Ecuador: First Impressions
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When I told friends and family that I’d be participating in a service abroad program with my school in Ecuador, most of their reactions were similar: why? They’d say things like, “Why go to Ecuador when you can go somewhere way more fun, like Europe?” or “Ecuador? It’s dangerous down there! The cops are corrupt and you’ll get kidnapped and sold in to sex slavery!” I was even told that I should start going to the tanning bed and dye my hair brown to “fit in better.” Yes, I was seriously told that…as if my American accent and poor Spanish skills wouldn’t give me away.
Even though I was so excited to get to go experience a new country and a new continent, I had a little bit of apprehension leading up to my trip. For the first week or so, I’d be alone with two other friends, neither who had traveled out of the US before. This would be my first time alone in a country that wasn’t English-speaking, so I was nervous that it would be hard to communicate, or that we’d be taken advantage of for being American. Although I’m not a picky eater, I was a little bit nervous about the food I’d be eating as well, as I’d spoke with a girl who participated in the same program who said she lost 15 pounds because she didn’t like any of the food.
For the first couple of days of my trip, I was worried that everyone was right. Our flight landed in Quito around 11PM, and we got our bags and went straight to the taxi stand. When we got there, a local told us he could offer us the best deal on a taxi van, since we had a lot of luggage. We would just have to follow him all the way around to a parking lot that was just on the other side of the parking garage! I immediately knew something was up, and as I tried to tell him “no,” he grabbed my friend’s bag and began wheeling it to where his supposed taxi was. Luckily, I was able to get the bag back and head to a real taxi. Yes, it’s possible that the man was being honest, but that wasn’t a chance I was willing to take.
The next day, we went out to explore the city. After sleeping in a little bit, we headed to the Mercado Central to grab a lunch. While walking around the neighborhood surrounding the market, I had a young boy (about 12-13 years old) come up behind me, grab my arm, and try to steal my phone out of my hand. Lucky for me, my grip was too strong, and he took off running empty handed. This was still a scary experience, so we decided to go back to our hostel to regroup and decide what we wanted to do for the rest of our day.
Near the market where we had lunch, there was a hostel that offered walking tours of Quito as well as day excursions to the equator. We saw that their afternoon equator tour was departing soon, and was only $10, so we decided that would be the perfect way to spend the rest of our day. First, the tour took us to the Intiñan Museum, which claims to have the geographically-accurate equator line (NOTE: the admission fee isn’t included in the tour cost, but I believe it was only around $4). The tour guide went through various bits of Ecuadorian history, telling us about shrunken heads, guinea pigs as a delicacy, and the process of making chocolate. We then made our way to the equator line, where they showed us several demonstrations of the equator’s magnetic forces, such as the supposed differentiation in the flow of water from each hemisphere, and being able to balance an egg on the head of a nail. I’m sure some of these experiences were touristy gimmicks, but they were fun nonetheless!. NOTE: If you come to this museum, make sure to bring your passport! I didn’t, and was so upset when I found out they had a special passport stamp for going to the equator.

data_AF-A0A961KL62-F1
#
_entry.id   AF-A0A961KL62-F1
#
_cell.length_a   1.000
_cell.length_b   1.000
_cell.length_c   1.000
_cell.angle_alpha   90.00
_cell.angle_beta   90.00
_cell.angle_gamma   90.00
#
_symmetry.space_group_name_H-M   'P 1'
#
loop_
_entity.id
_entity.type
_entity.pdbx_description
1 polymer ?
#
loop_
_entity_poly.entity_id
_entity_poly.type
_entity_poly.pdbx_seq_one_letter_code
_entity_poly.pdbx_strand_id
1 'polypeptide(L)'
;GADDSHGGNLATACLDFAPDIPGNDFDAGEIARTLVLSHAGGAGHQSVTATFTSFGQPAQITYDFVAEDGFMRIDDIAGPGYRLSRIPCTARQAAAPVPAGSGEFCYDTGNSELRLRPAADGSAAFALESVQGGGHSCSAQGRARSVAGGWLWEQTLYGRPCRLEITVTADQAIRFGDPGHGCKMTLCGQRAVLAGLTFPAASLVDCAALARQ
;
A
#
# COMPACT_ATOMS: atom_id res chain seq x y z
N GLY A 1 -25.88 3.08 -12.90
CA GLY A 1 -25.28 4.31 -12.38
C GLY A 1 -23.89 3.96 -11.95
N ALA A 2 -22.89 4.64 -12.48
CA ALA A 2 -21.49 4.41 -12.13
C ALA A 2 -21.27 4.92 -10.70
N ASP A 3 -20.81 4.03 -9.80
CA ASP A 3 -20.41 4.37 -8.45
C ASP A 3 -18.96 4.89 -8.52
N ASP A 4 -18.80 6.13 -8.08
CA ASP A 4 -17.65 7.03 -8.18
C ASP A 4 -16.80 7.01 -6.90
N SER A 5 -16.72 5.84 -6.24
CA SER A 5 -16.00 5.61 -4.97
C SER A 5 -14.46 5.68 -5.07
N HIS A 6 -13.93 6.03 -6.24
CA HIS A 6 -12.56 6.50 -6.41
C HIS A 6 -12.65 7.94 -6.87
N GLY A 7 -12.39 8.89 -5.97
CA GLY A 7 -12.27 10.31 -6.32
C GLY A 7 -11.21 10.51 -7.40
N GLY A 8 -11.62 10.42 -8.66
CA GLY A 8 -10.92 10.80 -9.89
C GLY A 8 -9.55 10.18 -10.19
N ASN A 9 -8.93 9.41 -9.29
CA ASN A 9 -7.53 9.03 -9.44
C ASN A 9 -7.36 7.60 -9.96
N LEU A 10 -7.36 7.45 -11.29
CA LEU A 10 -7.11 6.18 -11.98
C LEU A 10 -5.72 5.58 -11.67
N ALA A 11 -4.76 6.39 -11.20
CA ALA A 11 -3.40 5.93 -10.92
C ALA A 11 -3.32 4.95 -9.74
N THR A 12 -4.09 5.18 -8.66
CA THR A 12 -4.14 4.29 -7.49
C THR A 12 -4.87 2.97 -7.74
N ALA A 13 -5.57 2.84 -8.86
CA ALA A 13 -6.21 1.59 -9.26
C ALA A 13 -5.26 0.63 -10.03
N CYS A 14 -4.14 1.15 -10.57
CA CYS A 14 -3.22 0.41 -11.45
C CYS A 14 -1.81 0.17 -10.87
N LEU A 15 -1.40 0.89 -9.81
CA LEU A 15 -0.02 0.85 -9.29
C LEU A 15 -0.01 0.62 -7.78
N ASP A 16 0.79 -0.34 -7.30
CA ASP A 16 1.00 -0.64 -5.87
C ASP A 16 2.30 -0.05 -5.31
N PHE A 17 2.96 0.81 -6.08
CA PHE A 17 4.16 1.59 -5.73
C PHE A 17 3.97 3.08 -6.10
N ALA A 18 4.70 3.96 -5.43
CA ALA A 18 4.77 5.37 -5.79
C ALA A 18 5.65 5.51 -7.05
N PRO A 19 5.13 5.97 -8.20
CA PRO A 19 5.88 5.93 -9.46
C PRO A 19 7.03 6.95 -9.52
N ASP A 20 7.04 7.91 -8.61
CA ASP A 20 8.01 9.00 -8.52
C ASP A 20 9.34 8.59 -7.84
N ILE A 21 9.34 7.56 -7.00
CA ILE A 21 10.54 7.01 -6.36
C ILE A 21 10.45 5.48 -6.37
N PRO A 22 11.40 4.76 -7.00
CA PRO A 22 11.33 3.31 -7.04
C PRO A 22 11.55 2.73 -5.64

After finishing up at this museum, we went to the more famous Middle of the World monument. We were given the option of going inside, but we opted to take some pictures from outside the gates rather than paying the admission fee. More information on this tour, as well as the other tours offered by the hostel, can be found here. The hostel itself, the Community Hostel, seemed like a great and affordable place to stay (Dorms starting at $10/day, privates starting at $30/day). While we were waiting for our tour to depart, we spoke with some of the hostel workers who were super friendly and invited us to the hostel’s Girls’ Night Out bar crawl they were offering for their guests that evening. We thought about taking them up on that, but we ended up being exhausted after our long day! Also, the market where we had lunch, the Mercado Central de Quito, is a really cool place where you can try different Ecuadorian foods on the cheap. You can get a three-course lunch for around $3, and make sure to try some of the fresh-squeezed juices from the stands that are all over the market. Learn from my mistakes though and be very vigilant while walking in the area, even during the day: make sure to keep your phone in a secure spot! I recommend getting a pickpocket-proof bag. I used this one by Travelon. It was great having a little extra peace of mind, plus I thought this bag was actually pretty, unlike some of the other anti-theft bags I’ve seen.
Ultimately, my biggest lesson learned from these incidents was to not let the small things ruin your perception of what may turn out to be an amazing place. No one was hurt and nothing got stolen, so there was no reason for getting worried or worked up about something so minor that could have honestly happened in my hometown. I’m so glad I didn’t let these experiences tarnish my view of a country that I found to have so many beautiful sites and wonderful people. I ended up falling in love with Ecuador, and I can’t wait to go back.
Have you ever had any bad first impressions of a destination that you ended up adoring? Make sure to let me know in the comments!